For a simple example: if you are reading this post in a browser right now, look at the URL. The beginning of the address is “parentingdigital.com.” Regardless of what comes after the forward-slash, you could go to the parent site (no pun intended) and see what it’s all about.
Look at the end of that first part (before the first forward-slash.) .com and .net don’t tell us much. Neither does .org anymore, though it often is associated with non-profit organizations. .edu is a school or university site. .gov is an agency or department of the federal or state government. These last two are the most trustworthy because of the organizations that are running the sites.
Look for weird endings (.lo or .com.co). These are often fake or scammy sites.
This is a tough one for younger kids, but it starts to teach them concepts like purpose and bias.
Why do you think this person or organization is putting this information online? What are they trying to get out of it? Are they trying to sell us something, or convince us of something? Are they just doing it for entertainment?
Warning, parents: This one is the area where they need the most coaching. It doesn’t come naturally for kids to question someone’s motives. And while we don’t want them to distrust everything they find online, a healthy dose of skepticism will do them good in a world of sometimes shady information.
When it comes to how the information is presented, how it is structured, and how the writer uses the information (or misuses it), we need to look for a few more red flags.
Is the headline clickbait-y?
Is the headline overly sensational or dramatic? Sure, writers have always had to compete to get an audience’s attention, but headlines that “trick” the reader into clicking (called “Clickbait”) are deceptive. They usually play off of fear, anger, or other emotions and exaggerate the truth behind the “article” itself. Look for trigger words and phrases like shocking, just revealed, and won’t believe.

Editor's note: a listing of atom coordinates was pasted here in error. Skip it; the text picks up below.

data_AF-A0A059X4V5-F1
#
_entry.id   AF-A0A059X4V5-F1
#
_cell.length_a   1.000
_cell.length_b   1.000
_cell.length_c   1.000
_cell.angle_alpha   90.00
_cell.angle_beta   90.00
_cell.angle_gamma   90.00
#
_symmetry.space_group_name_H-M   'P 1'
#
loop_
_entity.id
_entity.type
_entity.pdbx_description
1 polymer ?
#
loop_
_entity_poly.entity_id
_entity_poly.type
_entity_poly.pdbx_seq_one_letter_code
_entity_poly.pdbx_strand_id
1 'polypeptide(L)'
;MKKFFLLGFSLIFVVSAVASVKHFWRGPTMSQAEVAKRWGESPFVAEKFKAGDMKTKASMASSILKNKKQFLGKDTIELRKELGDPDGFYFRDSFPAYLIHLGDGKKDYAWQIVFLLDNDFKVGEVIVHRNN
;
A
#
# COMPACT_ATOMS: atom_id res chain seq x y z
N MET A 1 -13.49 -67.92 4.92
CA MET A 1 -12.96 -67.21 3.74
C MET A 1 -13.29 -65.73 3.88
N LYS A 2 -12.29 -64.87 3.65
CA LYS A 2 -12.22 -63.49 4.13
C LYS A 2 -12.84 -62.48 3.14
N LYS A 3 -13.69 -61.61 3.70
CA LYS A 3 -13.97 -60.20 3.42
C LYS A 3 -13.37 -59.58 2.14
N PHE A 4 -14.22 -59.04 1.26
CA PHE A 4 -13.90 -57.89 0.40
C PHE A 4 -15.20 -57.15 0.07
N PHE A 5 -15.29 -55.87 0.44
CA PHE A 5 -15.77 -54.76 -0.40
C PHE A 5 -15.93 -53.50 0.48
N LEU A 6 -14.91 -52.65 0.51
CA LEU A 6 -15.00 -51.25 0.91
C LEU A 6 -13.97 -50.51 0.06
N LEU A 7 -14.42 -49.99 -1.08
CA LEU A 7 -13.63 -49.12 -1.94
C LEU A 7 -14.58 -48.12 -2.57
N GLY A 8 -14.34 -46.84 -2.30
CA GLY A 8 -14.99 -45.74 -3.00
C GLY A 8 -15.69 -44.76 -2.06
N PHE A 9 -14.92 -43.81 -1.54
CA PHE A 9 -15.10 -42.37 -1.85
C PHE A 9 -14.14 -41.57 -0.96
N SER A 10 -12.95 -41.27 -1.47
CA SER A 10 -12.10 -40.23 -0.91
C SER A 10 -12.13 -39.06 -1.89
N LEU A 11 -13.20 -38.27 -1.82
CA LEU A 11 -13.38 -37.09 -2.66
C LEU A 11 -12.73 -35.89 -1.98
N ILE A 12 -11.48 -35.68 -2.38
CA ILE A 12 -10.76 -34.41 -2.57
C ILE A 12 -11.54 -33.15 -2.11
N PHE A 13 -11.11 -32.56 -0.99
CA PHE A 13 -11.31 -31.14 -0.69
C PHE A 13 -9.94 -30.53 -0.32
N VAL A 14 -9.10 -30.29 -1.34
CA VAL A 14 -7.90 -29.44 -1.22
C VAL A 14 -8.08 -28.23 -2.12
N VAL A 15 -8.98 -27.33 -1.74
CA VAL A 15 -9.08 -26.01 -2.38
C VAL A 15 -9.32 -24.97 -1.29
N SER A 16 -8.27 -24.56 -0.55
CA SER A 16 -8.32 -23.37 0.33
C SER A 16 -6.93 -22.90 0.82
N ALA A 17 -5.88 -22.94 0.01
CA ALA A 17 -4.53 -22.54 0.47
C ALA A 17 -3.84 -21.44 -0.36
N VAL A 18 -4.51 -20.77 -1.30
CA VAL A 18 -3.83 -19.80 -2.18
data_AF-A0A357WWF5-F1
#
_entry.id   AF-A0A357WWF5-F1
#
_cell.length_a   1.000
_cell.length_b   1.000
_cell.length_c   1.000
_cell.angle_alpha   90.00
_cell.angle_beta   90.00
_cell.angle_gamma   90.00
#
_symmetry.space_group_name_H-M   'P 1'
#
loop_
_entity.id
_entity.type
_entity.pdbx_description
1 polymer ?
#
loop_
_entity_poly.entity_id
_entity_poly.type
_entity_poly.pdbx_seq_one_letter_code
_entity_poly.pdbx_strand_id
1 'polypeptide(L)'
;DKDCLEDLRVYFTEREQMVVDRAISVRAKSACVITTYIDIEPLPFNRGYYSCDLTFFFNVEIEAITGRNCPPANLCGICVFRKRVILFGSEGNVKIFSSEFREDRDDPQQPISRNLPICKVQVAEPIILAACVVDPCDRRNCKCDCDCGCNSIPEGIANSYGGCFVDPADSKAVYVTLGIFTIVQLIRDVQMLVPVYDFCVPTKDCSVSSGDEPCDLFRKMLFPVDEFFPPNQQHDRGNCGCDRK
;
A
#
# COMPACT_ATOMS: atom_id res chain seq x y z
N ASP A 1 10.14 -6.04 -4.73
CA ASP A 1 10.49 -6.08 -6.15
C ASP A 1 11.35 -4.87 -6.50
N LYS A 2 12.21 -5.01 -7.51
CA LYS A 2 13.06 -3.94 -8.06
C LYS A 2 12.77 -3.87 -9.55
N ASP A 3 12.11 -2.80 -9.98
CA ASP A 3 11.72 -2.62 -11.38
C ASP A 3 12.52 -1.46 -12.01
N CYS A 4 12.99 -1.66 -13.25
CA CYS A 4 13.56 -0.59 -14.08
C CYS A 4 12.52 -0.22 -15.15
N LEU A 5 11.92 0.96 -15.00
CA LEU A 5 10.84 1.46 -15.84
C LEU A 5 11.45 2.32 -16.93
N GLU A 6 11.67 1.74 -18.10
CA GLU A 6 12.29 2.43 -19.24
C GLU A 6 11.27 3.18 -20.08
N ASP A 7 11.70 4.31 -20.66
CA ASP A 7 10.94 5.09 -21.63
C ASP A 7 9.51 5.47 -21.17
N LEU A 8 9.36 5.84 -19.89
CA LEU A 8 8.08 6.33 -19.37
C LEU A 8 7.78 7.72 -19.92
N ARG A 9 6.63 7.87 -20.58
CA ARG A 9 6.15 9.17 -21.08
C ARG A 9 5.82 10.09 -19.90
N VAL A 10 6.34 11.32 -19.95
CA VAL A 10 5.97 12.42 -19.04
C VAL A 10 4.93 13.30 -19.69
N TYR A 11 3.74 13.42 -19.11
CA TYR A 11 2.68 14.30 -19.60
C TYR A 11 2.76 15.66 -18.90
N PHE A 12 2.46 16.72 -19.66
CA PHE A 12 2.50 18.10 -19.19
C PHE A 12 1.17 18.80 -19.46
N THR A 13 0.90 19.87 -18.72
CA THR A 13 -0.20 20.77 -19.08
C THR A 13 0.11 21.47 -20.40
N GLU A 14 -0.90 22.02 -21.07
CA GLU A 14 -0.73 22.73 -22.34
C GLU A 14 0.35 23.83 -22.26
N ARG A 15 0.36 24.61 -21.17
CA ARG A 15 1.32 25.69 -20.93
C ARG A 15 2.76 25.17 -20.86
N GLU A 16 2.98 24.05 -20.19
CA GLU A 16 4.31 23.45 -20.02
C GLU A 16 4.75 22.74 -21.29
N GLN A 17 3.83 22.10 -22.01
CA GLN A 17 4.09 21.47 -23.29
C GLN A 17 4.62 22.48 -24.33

Does the story match the headline?
If the headline claimed that a pop star “just revealed” some juicy secret, is that secret even in the story? If the headline screams that you “won’t believe” the “shocking” information about some new law that was just passed, is there even any factual evidence that a law was proposed and enacted, or is it just a story based on an off-the-cuff remark that some senator’s assistant mentioned in passing?
Is the text surrounded by ads?
Do ads interrupt the text? Is there more ad content on the page than the actual content? This excess is often a characteristic of fake sites. Money is made by the site owner on what’s known as CPM, cost per thousand viewers. We don’t even have to click the ads, sometimes, for the site to make money. You just have to show up.
(The presence of ads isn’t an indicator alone, by the way. Even trusted mainstream news sources have advertising. But there is a difference between a number of sidebar ads and an entire page of obnoxious advertising with a little bit of text tucked in there somewhere.)
How long is the article or information?
While there is the occasional “news short,” most news articles and well-developed opinion pieces are lengthy. There are details, quoted sources, facts and statistics. If the text is shorter than 300 words or so, it may not be “meaty” enough to be worthwhile.
While the “5 W’s and an H” simplify the questioning and critical-thinking process of evaluating information, this is far from easy for kids. The ability to examine all these characteristics all at once is a practiced skill, learned over time and with experience.
But it is also not a natural thought process that kids will just grow into. It is something that requires consistent teaching, both in and out of school, to equip our kids with the necessary savvy to pick out the wheat from the chaff. With this skillset, they may be spared from the trap of “I read it on the internet, so it must be true.”